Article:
If you suddenly learned the government had reduced taxes on interest, dividends and capital gains, would you save and invest more or less? Most people would say more, because saving and investing would be more profitable with lower tax rates. As obvious as this seems, much of the Washington establishment is shocked the deficit is falling rapidly due to surging tax revenues, despite the “massive” Bush tax cuts.
The Washington establishment was shocked back in the late 1970s when, as a result of the capital-gains rate tax cut, tax revenues went up rather than down. They were shocked again in the mid-1980s when revenues surged despite the “massive” Reagan tax rate cuts. They were again shocked in the early 1990s when new tax revenues did not pour in after the Bush 41 tax rate increase. In the mid-1990s, they were also shocked when the Republican Congress forced President Clinton to cut the capital-gains tax rate, and revenues soared, leading to an unanticipated budget surplus.
Many in the political and bureaucratic class, not only in Washington, but in most world governments, are rather simple-minded on economics. They tend to think if they just increase tax rates they will get more money to spend. They rarely think about the behavioral responses of people and companies to changes in tax rates, and how the sum of these individual behavioral responses will affect the whole economy.
The issue of correctly forecasting changes in tax revenue receipts as a result of changes in tax rates and policies will become critically important again at the end of next month when the President’s Tax Reform Commission is due to give its report. The commission was charged with recommending “revenue neutral” tax changes. In simple language, that means any new or revised tax system they devise should produce the same revenue as the current system.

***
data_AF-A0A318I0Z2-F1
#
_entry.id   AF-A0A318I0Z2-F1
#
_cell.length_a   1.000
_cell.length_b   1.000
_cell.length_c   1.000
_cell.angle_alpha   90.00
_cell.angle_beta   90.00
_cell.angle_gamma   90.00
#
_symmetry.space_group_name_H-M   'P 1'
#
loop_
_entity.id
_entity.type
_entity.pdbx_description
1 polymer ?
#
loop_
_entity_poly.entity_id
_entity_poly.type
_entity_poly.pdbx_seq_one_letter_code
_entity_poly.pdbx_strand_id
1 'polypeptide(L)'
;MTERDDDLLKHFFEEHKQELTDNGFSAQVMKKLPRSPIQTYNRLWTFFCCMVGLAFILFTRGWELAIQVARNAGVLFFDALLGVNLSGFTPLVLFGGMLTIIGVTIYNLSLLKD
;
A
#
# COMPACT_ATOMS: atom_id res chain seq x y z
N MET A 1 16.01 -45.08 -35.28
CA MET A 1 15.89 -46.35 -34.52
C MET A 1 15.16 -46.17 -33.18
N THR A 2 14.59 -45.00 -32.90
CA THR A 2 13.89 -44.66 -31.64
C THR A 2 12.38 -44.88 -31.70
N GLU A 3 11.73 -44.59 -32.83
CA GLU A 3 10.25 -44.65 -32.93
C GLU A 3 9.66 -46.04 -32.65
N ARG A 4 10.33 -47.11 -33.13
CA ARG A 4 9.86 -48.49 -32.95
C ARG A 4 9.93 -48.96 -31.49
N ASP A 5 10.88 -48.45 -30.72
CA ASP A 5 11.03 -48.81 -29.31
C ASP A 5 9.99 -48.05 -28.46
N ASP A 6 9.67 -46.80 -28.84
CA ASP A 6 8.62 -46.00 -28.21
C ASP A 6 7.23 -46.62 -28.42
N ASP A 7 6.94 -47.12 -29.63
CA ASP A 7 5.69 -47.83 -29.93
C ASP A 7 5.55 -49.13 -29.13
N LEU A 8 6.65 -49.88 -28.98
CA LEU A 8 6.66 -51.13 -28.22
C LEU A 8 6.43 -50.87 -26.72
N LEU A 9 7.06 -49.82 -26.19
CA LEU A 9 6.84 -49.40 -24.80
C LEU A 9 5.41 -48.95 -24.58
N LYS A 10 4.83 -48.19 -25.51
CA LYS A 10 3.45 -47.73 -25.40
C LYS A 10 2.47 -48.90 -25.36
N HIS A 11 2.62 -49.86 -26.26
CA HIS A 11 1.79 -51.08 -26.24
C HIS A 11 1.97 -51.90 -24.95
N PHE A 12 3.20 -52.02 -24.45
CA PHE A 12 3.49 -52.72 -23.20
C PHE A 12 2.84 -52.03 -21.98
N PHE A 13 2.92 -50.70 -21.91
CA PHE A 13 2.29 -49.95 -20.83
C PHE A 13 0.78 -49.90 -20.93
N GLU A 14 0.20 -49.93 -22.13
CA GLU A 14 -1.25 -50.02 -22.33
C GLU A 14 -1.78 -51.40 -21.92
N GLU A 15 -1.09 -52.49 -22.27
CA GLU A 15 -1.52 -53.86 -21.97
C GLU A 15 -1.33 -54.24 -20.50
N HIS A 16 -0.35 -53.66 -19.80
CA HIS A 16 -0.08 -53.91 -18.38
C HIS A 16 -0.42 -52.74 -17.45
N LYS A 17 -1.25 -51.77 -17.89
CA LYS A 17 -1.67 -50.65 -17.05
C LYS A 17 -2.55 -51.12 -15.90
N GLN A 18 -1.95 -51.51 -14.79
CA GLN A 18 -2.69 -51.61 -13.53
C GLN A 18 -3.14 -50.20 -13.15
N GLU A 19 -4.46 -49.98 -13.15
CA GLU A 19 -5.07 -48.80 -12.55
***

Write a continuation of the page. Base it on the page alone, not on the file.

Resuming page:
This may sound simple but, in fact, no one knows how much revenue the current tax system will produce in future years, let alone some new system. Long-range forecasts are notoriously unreliable because they require knowing future rates of economic growth and inflation and understanding how people will alter behaviors because of any tax system changes.
To illustrate, let’s start with a simple, true proposition: Normally, the higher something is priced, the less it will be demanded. Thus, if we wish to cut gasoline demand, we should raise the price — now occurring because of market forces rather than tax increases on gasoline (the effect is the same).
But the full price increase effect takes time. People have established driving and commuting patterns and are slow to change them or find alternatives. They do not immediately sell their existing gas guzzler and buy a more fuel efficient automobile. It takes years to adjust the auto stock.
With every individual and business tax, there are similar behavioral affects. Given enough time, both individuals and businesses will go to great lengths to avoid paying a tax. Taxes affect the willingness of people to work, save and invest which ultimately determines the growth of the economy and the number and quality of jobs produced.
The government’s tax revenue estimating agencies, primarily the Joint Tax Committee of the Congress and the Office of Tax Analysis in Treasury, have poor records of tax revenue forecasting, particularly long-run, because of inadequate behavioral and macroeconomic analysis. These forecasts drive congressional and administration decisions about how much to increase or decrease tax rates and other major tax policy issues. Bad numbers lead to bad policy, which hurts everyone.
There is no way the Tax Reform Commission can develop highly credible, revenue neutral, tax proposals, because the necessary expertise does not exist in the U.S. government to give us good long-run numbers to compare.
Thus, a very valuable commission contribution would be to recommend reform and strengthen tax estimating. Specifically, it should recommend analyzing each proposed tax change both for short- and long-run complete behavioral effects, and that the sum of these effects be incorporated into strong macroeconomic models (capable of adequately evaluating both the supply-side and “rest of the world” effects of policy changes). Finally, the revenue estimating needs to be much more transparent by requiring the revenue forecasters to publish their models and subject them to peer reviews.
Richard W. Rahn is director general of the Center for Global Economic Growth, a project of the FreedomWorks Foundation.